For Mussorgsky’s Khovanshchina at the Mariinsky, conductor Valery Gergiev used the Schostakowitsch arrangement, which is probably the best available option (Mussorgsky never completed the opera, leaving it unorchestrated, so there is no “original” Mussorgsky version – the version traditionally used was Rimsky-Korsakov’s, but he butchered the music; then there was a Stravinsky/Ravel collaboration which flopped badly and is never performed; then came the Schostakowitsch version in 1960 which respected Mussorgsky’s music, albeit orchestrated like Schostakowitsch; and finally there is a hybrid version which mostly uses the Schostakowitsch version with some portions following Stravinsky, particularly in Act 5).
The Schostakowitsch version had its premiere on this stage in 1960, and the Mariinsky is still using the same production. The sets and costumes are very traditional. The stage direction, however, is a bit static. The director also appears to have taken some liberties with the plot, simplifying elements and leaving some odds and ends out completely (notably Peter the Great’s soldiers never do show up at the end to massacre the Old Believers – which does not affect the plot, since the Old Believers have already set their church on fire with themselves on the inside burning to death – but just seemed odd).
However, the cast was tremendous. Not only could they sing, but they could also act. So it did not matter that the blocking was static, given a sensible set the singers took over and interpreted their roles. It makes me wonder why more emphasis is not put on acting for opera singers in conservatories, because being able to act makes a huge difference.
As Prince Ivan Khovansky, Sergey Aleksashkin made a striking characterization. He carried out the role traditionally in the first two acts, portraying Khovansky as arrogant and tough. But when the scheming Fyodor Shaklovity (cunningly portrayed by Nikolay Putilin) storms on stage at the end of Act 2 and announces that the Tsar has uncovered the plot (without saying that he – Shaklovity – is the one who both invented the plot and informed the Tsar), I could almost see the heart drop out of Aleksashkin’s Khovansky. When Khovansky returned in Act 3, he was a broken man. And, in Act 4, when the plot usually calls for him to continue his arrogance, Aleksashkin portrayed him as someone who was still resigned to his fate – arrogant, yes, and hopeful that he might prevail, but also clearly aware that he was likely a doomed man.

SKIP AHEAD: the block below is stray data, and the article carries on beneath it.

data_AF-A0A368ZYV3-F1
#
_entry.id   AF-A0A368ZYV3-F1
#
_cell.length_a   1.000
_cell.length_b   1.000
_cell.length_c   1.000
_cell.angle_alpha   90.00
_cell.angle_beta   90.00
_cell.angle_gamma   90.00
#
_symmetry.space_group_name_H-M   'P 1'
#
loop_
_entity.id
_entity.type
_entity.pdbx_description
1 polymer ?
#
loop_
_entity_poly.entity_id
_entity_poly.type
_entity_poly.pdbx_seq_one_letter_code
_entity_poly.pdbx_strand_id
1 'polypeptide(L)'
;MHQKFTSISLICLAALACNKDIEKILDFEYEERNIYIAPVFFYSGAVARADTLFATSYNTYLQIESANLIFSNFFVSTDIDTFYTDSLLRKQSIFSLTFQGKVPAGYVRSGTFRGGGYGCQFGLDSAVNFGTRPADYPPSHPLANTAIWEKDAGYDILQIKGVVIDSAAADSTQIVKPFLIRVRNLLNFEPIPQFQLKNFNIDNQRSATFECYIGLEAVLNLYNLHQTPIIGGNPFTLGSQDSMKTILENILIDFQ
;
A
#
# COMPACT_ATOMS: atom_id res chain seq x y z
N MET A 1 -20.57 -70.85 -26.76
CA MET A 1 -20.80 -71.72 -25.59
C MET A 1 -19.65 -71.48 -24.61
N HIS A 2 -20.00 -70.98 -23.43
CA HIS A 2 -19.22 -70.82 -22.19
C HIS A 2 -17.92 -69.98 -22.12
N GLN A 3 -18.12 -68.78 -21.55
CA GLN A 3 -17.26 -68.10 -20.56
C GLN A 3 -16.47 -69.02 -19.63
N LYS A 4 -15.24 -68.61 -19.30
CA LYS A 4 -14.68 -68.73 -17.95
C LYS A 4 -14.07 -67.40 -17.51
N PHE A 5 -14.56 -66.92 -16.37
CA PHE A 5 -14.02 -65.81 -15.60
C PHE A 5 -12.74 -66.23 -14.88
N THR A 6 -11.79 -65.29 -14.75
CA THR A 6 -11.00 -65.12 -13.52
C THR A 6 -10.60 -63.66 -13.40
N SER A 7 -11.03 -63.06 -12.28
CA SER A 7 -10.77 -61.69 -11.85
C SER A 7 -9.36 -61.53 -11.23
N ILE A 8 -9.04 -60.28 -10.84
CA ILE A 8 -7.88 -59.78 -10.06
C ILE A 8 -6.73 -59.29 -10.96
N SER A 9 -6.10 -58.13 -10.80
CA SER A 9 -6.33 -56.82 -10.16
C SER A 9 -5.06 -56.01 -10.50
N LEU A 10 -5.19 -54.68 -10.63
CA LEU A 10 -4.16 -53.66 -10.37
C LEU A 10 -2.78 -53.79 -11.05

But Aleksashkin did not dominate the opera, since he shared the stage with other first-rank performers. This was most clear in the second act, when Prince Vasily Golitsin (performed by Aleksey Steblyanko) sits alone in his study being sarcastic. Then Khovansky storms in without knocking, and the two of them try to outdo one another in their sarcasm. Then Dosifei (Vladimir Vaneyev), leader of the Old Believers (traditional Orthodox Christians persecuted by Peter the Great) joins them, also without knocking. The three of them are, of course, alleged to be co-conspirators, but they don’t like each other and the scene actually is quite amusing, particularly with these three performing the roles.
The main female role, Marfa, was performed by Olga Borodina. All I have to say is, why aren’t there any female singers in Moscow like her? Moscow is awash in good male singers, but I have not heard any women approach her level. In an opera full of dominant men in dominant roles, she asserted herself and could not be ignored when she was on stage.
The supporting cast was excellent. So was the orchestra (a lot better than when I heard them at the Dom Muziki in Moscow – but as I suspected, that hall has famously dreadful acoustics and Maestro Gergiev told me over dinner that there was no way to get his orchestra to be heard properly in that building, since they could not play with subtlety and be come across in the dry room). I heard the orchestra as Gergiev did, since my seat (costing only about 35 US Dollars) was first row center aisle and I sat behind his left shoulder.
The sensible audience clearly appreciated the performance. Indeed, the applause continued even after the fire curtain descended, and they had to re-open the fire curtain for an additional round of bows.
This was my first live performance of Khovanshchina. I’ve heard it on the radio live from the Met many times, and various recordings on the radio, and I myself own two recordings, but finally I got to hear it live in person. This was the way to do it.